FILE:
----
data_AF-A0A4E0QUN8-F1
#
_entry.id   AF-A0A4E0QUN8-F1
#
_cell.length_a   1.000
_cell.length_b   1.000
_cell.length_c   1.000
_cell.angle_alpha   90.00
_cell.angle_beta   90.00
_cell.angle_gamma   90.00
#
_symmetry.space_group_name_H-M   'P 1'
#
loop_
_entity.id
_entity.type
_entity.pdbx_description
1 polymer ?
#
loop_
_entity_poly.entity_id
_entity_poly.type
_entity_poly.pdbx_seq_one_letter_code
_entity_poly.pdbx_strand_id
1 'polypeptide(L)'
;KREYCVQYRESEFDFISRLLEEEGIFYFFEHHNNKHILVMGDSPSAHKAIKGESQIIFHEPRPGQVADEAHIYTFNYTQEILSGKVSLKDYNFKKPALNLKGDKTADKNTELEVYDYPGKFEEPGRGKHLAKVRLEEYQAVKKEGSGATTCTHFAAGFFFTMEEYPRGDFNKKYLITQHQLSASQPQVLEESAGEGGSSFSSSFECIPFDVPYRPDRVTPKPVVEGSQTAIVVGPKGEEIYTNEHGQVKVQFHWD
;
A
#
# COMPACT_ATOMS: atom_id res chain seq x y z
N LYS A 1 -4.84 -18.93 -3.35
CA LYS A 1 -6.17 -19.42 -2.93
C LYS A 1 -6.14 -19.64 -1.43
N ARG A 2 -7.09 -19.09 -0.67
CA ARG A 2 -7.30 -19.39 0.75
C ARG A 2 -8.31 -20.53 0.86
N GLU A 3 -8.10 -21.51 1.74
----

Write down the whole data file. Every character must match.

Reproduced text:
data_AF-A0A4E0QUN8-F1
#
_entry.id   AF-A0A4E0QUN8-F1
#
_cell.length_a   1.000
_cell.length_b   1.000
_cell.length_c   1.000
_cell.angle_alpha   90.00
_cell.angle_beta   90.00
_cell.angle_gamma   90.00
#
_symmetry.space_group_name_H-M   'P 1'
#
loop_
_entity.id
_entity.type
_entity.pdbx_description
1 polymer ?
#
loop_
_entity_poly.entity_id
_entity_poly.type
_entity_poly.pdbx_seq_one_letter_code
_entity_poly.pdbx_strand_id
1 'polypeptide(L)'
;KREYCVQYRESEFDFISRLLEEEGIFYFFEHHNNKHILVMGDSPSAHKAIKGESQIIFHEPRPGQVADEAHIYTFNYTQEILSGKVSLKDYNFKKPALNLKGDKTADKNTELEVYDYPGKFEEPGRGKHLAKVRLEEYQAVKKEGSGATTCTHFAAGFFFTMEEYPRGDFNKKYLITQHQLSASQPQVLEESAGEGGSSFSSSFECIPFDVPYRPDRVTPKPVVEGSQTAIVVGPKGEEIYTNEHGQVKVQFHWD
;
A
#
# COMPACT_ATOMS: atom_id res chain seq x y z
N LYS A 1 -4.84 -18.93 -3.35
CA LYS A 1 -6.17 -19.42 -2.93
C LYS A 1 -6.14 -19.64 -1.43
N ARG A 2 -7.09 -19.09 -0.67
CA ARG A 2 -7.30 -19.39 0.75
C ARG A 2 -8.31 -20.53 0.86
N GLU A 3 -8.10 -21.51 1.74